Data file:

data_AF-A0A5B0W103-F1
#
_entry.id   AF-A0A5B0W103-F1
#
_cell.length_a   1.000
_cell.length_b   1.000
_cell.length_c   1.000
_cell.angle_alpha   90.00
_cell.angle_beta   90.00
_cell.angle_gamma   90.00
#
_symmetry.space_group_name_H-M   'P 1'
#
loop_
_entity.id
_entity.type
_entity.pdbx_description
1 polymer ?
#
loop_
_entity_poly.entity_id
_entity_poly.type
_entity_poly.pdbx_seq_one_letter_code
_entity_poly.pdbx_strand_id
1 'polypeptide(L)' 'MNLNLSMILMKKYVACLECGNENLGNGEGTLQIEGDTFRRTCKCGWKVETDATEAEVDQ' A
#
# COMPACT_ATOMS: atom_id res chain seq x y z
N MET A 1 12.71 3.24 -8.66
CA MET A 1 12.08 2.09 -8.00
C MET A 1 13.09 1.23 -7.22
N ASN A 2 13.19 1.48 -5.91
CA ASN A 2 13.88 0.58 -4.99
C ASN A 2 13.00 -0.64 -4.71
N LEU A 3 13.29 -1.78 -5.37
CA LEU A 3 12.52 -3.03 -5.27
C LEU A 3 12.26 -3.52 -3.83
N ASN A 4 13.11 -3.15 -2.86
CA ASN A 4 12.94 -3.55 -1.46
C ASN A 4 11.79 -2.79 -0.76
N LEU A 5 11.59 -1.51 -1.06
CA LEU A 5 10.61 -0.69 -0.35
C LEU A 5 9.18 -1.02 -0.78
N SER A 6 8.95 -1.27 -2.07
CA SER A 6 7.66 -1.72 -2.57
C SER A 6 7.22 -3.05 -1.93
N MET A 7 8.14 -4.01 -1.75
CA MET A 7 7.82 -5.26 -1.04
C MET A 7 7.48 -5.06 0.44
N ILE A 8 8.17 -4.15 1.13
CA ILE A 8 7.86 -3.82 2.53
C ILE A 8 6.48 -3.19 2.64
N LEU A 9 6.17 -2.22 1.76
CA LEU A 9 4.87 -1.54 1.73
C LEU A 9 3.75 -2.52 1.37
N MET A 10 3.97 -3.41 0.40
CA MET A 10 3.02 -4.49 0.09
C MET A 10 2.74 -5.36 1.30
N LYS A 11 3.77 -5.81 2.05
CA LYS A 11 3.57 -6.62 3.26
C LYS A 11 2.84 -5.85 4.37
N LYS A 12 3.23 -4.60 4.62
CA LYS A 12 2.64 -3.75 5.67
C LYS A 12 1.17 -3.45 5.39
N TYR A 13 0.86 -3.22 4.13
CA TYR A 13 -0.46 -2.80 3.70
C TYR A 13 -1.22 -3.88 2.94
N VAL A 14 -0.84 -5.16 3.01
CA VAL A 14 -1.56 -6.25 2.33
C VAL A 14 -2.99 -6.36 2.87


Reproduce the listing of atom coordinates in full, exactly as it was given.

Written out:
data_AF-A0A5B0W103-F1
#
_entry.id   AF-A0A5B0W103-F1
#
_cell.length_a   1.000
_cell.length_b   1.000
_cell.length_c   1.000
_cell.angle_alpha   90.00
_cell.angle_beta   90.00
_cell.angle_gamma   90.00
#
_symmetry.space_group_name_H-M   'P 1'
#
loop_
_entity.id
_entity.type
_entity.pdbx_description
1 polymer ?
#
loop_
_entity_poly.entity_id
_entity_poly.type
_entity_poly.pdbx_seq_one_letter_code
_entity_poly.pdbx_strand_id
1 'polypeptide(L)' 'MNLNLSMILMKKYVACLECGNENLGNGEGTLQIEGDTFRRTCKCGWKVETDATEAEVDQ' A
#
# COMPACT_ATOMS: atom_id res chain seq x y z
N MET A 1 12.71 3.24 -8.66
CA MET A 1 12.08 2.09 -8.00
C MET A 1 13.09 1.23 -7.22
N ASN A 2 13.19 1.48 -5.91
CA ASN A 2 13.88 0.58 -4.99
C ASN A 2 13.00 -0.64 -4.71
N LEU A 3 13.29 -1.78 -5.37
CA LEU A 3 12.52 -3.03 -5.27
C LEU A 3 12.26 -3.52 -3.83
N ASN A 4 13.11 -3.15 -2.86
CA ASN A 4 12.94 -3.55 -1.46
C ASN A 4 11.79 -2.79 -0.76
N LEU A 5 11.59 -1.51 -1.06
CA LEU A 5 10.61 -0.69 -0.35
C LEU A 5 9.18 -1.02 -0.78
N SER A 6 8.95 -1.27 -2.07
CA SER A 6 7.66 -1.72 -2.57
C SER A 6 7.22 -3.05 -1.93
N MET A 7 8.14 -4.01 -1.75
CA MET A 7 7.82 -5.26 -1.04
C MET A 7 7.48 -5.06 0.44
N ILE A 8 8.17 -4.15 1.13
CA ILE A 8 7.86 -3.82 2.53
C ILE A 8 6.48 -3.19 2.64
N LEU A 9 6.17 -2.22 1.76
CA LEU A 9 4.87 -1.54 1.73
C LEU A 9 3.75 -2.52 1.37
N MET A 10 3.97 -3.41 0.40
CA MET A 10 3.02 -4.49 0.09
C MET A 10 2.74 -5.36 1.30
N LYS A 11 3.77 -5.81 2.05
CA LYS A 11 3.57 -6.62 3.26
C LYS A 11 2.84 -5.85 4.37
N LYS A 12 3.23 -4.60 4.62
CA LYS A 12 2.64 -3.75 5.67
C LYS A 12 1.17 -3.45 5.39
N TYR A 13 0.86 -3.22 4.13
CA TYR A 13 -0.46 -2.80 3.70
C TYR A 13 -1.22 -3.88 2.94
N VAL A 14 -0.84 -5.16 3.01
CA VAL A 14 -1.56 -6.25 2.33
C VAL A 14 -2.99 -6.36 2.87